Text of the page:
The Institute or Medicine (IOM) says we are. They say we might even be getting too much. Their recent report released on November 30th states that most Americans are getting enough vitamin D from their diet and supplementation is unnecessary. In fact their conclusion to the report states “the committee emphasizes that, with a few exceptions, all North Americans are receiving enough calcium and vitamin D.” I couldn’t disagree more.
The IOM examined over 1,000 studies and reports to make their conclusions that people need no more than 600IU of vitamin D per day. They concluded that people are getting enough vitamin D. However, this blanket statement only applies to one health factor – bone health.
It is my fear that people will see the headlines on the news and assume they are getting enough vitamin D. The headlines inevitably will read “Americans Getting Enough Vitamin D.” They will not tell people this refers only to bone health. Vitamin D does so much more than protect your bones.
The IOM says the evidence, at this point, is insufficient to say that vitamin D has a protective benefit in any other area of health. Research, however, has shown it improves cancer rates, reduces the incidence of MS, decreases cardiovascular disease rates and many more.
So why the conflict?
Part of the problem is that the IOM based it’s conclusions on what it takes to maintain bone health and since 2000 the research for vitamin D has exploded. Many studies, published in some of the world’s most respected peer-reviewed journals, have concluded in direct conflict with what the IOM has said.
The IOM has said the studies that were done that drew conclusions on vitamin D’s other health benefits were either poorly designed or were insufficient to conclude vitamin D is good for anything but bone health. These studies that they dismissed were good enough to be published in many of the best journals in the world. I guess the IOM does not agree.
Below is a graph of the disease reduction rates by serum levels of vitamin D. As serum levels rise, the rates of many diseases are reduced. For example, breast cancer levels are reduced by 30% when vitamin D levels are at 34ng/ml or higher. The X’s represent reasonable extrapolations based on the research but is beyond existing data.
The IOM report readily admits that people do not get enough vitamin D by saying:
“While the average total intake of vitamin D is below the median requirement, national surveys show that average blood levels of vitamin D are above the 20 nanograms per milliliter that the IOM committee found to be the level that is needed for good bone health for practically all individuals.”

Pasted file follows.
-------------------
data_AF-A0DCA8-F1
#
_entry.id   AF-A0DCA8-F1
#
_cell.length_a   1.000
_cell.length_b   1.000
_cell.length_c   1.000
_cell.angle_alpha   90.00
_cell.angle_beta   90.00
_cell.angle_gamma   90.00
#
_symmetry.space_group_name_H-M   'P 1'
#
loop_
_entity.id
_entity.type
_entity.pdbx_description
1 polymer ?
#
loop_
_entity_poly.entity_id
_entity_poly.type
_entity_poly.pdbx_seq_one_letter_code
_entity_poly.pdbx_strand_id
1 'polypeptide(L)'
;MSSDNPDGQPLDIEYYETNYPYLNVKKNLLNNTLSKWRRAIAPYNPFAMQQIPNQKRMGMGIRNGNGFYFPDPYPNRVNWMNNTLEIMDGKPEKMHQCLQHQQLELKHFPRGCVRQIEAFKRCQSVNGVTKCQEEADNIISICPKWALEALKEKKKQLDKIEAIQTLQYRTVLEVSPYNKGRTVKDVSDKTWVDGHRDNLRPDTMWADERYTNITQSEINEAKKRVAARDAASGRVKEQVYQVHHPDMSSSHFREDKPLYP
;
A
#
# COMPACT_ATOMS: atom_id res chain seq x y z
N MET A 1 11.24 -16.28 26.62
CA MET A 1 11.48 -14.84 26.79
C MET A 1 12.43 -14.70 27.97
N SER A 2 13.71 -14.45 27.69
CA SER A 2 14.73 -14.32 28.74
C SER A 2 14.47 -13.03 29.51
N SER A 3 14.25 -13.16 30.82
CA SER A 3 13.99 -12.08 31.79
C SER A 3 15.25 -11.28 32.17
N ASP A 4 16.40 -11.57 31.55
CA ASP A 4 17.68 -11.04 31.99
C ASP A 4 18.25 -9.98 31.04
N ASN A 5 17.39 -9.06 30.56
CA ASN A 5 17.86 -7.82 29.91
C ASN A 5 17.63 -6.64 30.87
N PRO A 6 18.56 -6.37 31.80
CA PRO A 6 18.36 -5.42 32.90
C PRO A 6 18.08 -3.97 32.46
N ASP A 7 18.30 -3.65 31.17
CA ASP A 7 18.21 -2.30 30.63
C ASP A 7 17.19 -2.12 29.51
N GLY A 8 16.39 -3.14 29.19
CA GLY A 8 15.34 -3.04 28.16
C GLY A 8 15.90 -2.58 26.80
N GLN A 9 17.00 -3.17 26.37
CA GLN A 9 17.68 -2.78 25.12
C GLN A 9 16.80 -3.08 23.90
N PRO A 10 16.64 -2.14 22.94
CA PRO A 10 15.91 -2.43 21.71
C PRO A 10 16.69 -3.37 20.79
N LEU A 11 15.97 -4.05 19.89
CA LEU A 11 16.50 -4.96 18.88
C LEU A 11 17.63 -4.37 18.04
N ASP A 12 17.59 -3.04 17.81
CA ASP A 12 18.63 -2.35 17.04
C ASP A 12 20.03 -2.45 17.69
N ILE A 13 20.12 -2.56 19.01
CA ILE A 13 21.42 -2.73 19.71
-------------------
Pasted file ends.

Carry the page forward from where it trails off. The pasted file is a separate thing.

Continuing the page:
If you look at the graph above you will see that the research is consistent with that statement. At 20 ng/ml of serum vitamin D 99% of cases of rickets is prevented. This is a disease of soft bones in children. But what about all of the other wonderful, researched benefits of vitamin D? The IOM has seemingly missed the boat.
The graph above would suggest that a level of 60 ng/ml is optimal to protect a person from the diseases listed. This is a serum level that cannot be obtained by current diets. A person must supplement to reach this level and the IOM’s recommendation of 600IUs per day obtained from diet is exceptionally low.
I recently tested a patient who was under my care and was taking 4,000IUs per day as I had recommended. Her serum vitamin D level came back at 18ng/ml. By any current laboratory’s standard this patient was deficient in vitamin D. And that’s after taking 4,000IUs per day for 2 months! How can the IOM say 600IUs is enough for everyone. It makes absolutely no sense whatsoever.
The IOM’s own report concluded that the average intake is below the median requirement but that blood levels were above the 20ng/ml required for healthy bones according to the quote above in gray. How could that be possible? Perhaps the 20ng/ml of serum vitamin D is too low as well. This would make much more sense. Instead of making that conclusion the IOM simply concluded that people must somehow be getting enough vitamin D.
I couldn’t disagree more.
The IOM has taken an exceptionally conservative stance on this. Their stance on this is equivalent to saying that people shouldn’t exercise more than 10 minutes a day because any more than that might lead injury.
I recommend my patients get at least 2,000IUs per day of vitamin D. I myself take 8,000IUs per day. The benefits of taking vitamin D far outweigh any perceived “risks” associated with it. Vitamin D is very safe and I hope this report doesn’t persuade any physicians into thinking it’s not.